Often when you have family spread across the globe it can be hard (and costly) to get everyone together in one place. With a Kiwi boyfriend who’s parents are in New Zealand and sister and family are in Holland, the logical solution for a summer holiday was Eastern Europe…in our case, Croatia.
Now fast becoming a hot spot tourist destination for sun-hungry Brits who don’t fancy spending a week with too many other Brits in the Algarve, it has been a popular destination for some time with inter-rail travelers.
Our base was an Air bnb appartment in the centre of Split and we had planned a varied family friendly holiday with enough entertainment and history for the adults, not too much walking, and some fun beach and sea-related activities for the kids (which also included some of the adults).
The first thing to note in Croatia is they have amazing gelato…EVERYWHERE. Now I know gelato seems to be reserved to the Italians in most peoples minds, but you’d be missing out if you don’t try some in Croatia. Second up in terms of food is the freshly fried whitebait and mini octopus they sell in the little market stalls along the sea front.
Second thing to note is that Croatia gives Greece and it’s islands a run for its money when it comes to ancient history…from the Roman ruins of Diocletian’s Palace which make up the heart of Split, to Trogir – a small Medieval walled fortress town to the north of Split, with the majestic Dubrovnik (home to Game of Thrones) and magical Hvar island to name but two more.
We flew to Split via Zagreb and stayed in an Air BNB just outside Diocletian’s Palace. The day was still young so we set about exploring and we were delighted to discover that Split’s market and fish market were only a 5 minute walk from our apartment – Beef-eater tomatoes as big as your hand, the largest courgettes I have ever seen, a fine array of sea fare including picarels, oysters, sprats and even octopus we were in for a treat, and a test, of our own cookery skills. The general food market can be found just off the main road, and the fish market is on the square next to Marmontova Street, under a marquee awning with permanent huge cold white marble, this really is your traditional fish market. It opens every day from about 6.30am if you feel like an early morning wander, and closes about 2pm. For the freshest fish it’s best to head there early, but for the best deals head over around 12 noon as they reduce the prices to almost half on pretty much all of the fish. If you’re lucky (and lazy) you can find a man with a sharp knife just inside the building, who, for 10 Kuna will clean and fillet your fish for you.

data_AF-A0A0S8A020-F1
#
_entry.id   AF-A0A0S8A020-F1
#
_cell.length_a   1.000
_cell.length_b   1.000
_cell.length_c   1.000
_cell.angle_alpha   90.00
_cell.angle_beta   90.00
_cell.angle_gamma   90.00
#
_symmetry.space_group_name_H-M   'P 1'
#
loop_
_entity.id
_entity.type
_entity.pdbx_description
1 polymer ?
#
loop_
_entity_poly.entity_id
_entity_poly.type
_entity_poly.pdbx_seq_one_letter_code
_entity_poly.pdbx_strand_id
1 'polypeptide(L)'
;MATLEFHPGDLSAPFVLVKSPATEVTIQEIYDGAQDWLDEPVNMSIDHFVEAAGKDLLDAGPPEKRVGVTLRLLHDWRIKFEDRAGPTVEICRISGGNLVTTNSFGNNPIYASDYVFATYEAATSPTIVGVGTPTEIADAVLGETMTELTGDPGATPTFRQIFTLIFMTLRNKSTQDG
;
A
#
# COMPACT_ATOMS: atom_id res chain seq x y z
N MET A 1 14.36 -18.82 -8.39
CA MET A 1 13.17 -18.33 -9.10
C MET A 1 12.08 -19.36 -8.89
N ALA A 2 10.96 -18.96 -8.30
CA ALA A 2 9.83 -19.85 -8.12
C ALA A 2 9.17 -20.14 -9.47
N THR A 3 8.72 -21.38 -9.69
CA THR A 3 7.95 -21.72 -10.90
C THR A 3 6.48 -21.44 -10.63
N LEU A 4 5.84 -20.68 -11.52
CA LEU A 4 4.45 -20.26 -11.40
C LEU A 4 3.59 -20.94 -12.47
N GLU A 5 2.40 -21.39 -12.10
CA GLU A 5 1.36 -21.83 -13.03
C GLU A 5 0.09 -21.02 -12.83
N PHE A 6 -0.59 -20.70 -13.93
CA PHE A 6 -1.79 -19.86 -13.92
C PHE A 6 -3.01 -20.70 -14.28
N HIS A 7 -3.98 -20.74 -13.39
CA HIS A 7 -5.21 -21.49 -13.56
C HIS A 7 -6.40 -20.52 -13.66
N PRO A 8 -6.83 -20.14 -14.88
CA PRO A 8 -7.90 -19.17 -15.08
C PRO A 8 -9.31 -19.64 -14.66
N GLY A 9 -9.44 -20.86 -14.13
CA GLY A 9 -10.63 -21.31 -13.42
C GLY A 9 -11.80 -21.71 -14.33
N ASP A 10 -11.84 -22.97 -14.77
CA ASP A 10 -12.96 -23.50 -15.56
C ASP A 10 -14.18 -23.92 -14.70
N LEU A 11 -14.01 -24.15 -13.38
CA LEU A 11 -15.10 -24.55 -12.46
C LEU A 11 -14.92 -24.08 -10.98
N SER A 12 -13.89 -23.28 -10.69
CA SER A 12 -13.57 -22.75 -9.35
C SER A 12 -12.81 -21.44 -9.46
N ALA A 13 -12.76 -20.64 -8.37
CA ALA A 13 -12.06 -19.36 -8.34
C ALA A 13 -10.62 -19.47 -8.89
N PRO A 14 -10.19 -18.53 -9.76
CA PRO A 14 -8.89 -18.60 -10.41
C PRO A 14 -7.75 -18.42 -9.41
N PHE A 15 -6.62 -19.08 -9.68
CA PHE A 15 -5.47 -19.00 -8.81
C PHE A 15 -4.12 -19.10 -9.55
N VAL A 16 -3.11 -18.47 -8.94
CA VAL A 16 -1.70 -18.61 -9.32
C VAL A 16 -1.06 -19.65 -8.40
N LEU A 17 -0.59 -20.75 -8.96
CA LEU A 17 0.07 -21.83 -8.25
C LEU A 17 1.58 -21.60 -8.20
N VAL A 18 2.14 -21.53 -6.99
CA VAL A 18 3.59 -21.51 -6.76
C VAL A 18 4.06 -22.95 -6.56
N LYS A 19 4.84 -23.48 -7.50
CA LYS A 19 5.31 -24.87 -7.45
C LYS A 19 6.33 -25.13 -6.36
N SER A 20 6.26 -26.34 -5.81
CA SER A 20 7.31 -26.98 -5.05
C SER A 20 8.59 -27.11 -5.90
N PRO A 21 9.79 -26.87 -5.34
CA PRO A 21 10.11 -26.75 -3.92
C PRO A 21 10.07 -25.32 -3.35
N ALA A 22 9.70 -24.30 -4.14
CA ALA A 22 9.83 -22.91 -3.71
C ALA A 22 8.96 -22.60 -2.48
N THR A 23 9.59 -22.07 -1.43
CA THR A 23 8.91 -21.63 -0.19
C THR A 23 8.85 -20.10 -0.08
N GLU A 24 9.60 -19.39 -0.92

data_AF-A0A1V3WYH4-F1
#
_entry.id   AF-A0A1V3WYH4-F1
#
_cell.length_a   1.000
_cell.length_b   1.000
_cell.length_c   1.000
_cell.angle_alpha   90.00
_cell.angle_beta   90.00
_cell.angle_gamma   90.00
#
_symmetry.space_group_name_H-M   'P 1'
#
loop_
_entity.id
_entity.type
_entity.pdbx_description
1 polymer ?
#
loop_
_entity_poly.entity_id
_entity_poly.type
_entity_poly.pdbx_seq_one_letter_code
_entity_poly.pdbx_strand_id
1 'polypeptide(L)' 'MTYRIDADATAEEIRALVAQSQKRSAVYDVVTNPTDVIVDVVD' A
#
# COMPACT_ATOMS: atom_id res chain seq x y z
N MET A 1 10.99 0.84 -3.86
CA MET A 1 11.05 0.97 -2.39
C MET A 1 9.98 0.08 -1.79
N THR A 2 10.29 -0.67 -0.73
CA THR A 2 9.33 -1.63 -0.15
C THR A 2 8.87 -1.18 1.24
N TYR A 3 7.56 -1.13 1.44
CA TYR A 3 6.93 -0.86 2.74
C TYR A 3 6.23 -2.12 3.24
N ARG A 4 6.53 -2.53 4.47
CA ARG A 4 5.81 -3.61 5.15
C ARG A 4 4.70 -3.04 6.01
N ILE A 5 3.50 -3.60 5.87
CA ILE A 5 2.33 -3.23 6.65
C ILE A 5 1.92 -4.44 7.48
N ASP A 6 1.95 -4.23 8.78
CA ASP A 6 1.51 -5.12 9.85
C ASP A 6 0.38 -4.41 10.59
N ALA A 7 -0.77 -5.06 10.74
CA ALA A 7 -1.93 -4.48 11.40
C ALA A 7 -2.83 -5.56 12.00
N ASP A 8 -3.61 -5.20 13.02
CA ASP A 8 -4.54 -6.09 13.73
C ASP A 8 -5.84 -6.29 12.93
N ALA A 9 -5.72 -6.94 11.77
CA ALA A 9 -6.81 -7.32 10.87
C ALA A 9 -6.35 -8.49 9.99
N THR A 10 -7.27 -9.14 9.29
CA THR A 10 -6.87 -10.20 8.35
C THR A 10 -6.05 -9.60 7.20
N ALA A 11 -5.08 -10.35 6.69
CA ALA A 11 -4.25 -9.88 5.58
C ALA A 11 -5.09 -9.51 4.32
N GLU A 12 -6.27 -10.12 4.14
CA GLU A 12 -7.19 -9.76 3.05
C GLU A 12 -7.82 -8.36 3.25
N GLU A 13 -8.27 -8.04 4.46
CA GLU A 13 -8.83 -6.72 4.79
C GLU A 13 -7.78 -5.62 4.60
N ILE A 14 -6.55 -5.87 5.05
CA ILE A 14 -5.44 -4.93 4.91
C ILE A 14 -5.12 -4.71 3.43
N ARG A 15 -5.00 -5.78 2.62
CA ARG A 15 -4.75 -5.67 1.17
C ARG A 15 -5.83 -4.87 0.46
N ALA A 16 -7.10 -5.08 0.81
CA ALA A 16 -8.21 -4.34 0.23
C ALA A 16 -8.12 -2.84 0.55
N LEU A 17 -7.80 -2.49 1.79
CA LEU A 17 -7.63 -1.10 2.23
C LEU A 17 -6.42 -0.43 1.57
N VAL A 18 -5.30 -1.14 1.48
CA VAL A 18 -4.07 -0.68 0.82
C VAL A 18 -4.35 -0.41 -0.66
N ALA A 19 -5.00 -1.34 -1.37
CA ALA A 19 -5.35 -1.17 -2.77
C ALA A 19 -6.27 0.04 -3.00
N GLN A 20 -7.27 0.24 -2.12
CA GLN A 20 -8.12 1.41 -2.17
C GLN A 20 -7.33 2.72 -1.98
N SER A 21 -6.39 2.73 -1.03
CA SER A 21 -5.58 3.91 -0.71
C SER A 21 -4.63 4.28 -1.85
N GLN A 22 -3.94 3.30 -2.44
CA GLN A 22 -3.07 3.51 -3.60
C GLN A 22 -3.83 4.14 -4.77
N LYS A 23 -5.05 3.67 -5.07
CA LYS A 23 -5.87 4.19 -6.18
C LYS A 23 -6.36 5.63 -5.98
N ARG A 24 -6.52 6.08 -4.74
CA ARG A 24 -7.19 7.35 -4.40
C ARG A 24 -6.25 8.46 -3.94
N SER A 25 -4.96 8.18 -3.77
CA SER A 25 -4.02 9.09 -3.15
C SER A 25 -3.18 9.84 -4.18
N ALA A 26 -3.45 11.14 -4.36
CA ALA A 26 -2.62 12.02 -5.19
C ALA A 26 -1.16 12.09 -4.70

With paving stones so worn that when it rains you feel like you’re on an ice rink! Every day at 12.30 Diocletian (an actor, not the real one, obviously) does his rounds through the palace ruins giving people a highly believable time warp.
If you get lost down one of the little side streets you’ll end up on an equally entertaining time warp, with intimate book stores, small leather good stores, and Filigran Split – a family run traditional filigree jewelers now run by it’s fourth generation.
I was lucky enough to visit while the grandfather (2nd generation) was busy in his workshop, and he invited me in to join him making the traditional filigree silver balls. Fluent in Croatian, Italian and German we communicated in my pidgin German. He makes upwards of 40 a day and pairs them into 20 sets of earrings. His workshop is tiny, and he has a bad leg, so his son is also there to help out, and now runs the shop most days of the week. Each filigree ball is complex and intricate, originating as hairs-width strands of 925 sterling silver woven tightly together. These strands are then curled into tight spirals and pressed into ancient molds to give them the crescent curves, the two halves are then tied together with an alloy wire, and then heat treated until they begin to melt and fuse together. This all sounds fairly straight forwards, but considering these balls are not much bigger than your thumbnail, you then start to realise just how much effort goes into these beauties.
Just past the palace and a stone’s throw from the fish market, is Creme de la Creme – undoubtedly Split’s best cafe come tea room with a fine array of cakes both traditional and regional, including their ‘house’ cake which I was delighted to discover was…chocolate.
I couldn’t resist a cheeky slice of Splitska Torta – a traditional dalmatian cake famous in Split – similar to a custard slice, only with the welcome addition of a hint of rum and raisins in the crust. This can make a great mid morning, late afternoon, or really any time of day snack. Or an after dinner treat. Certainly not to be missed if you do a culinary trip of Croatia. I chose to take my Splitska Torta slice at around about mid day, sat in the outside seating of the cafe it was a great spot to watch the world go by.
This wasn’t my only trip to Creme de la Creme, I found myself returning again to try their house chocolate cake which I could just tell would be amazing – multiple layers of chocolate ganache and chocolate sponge, with the added benefit of the chocolate being sugar free!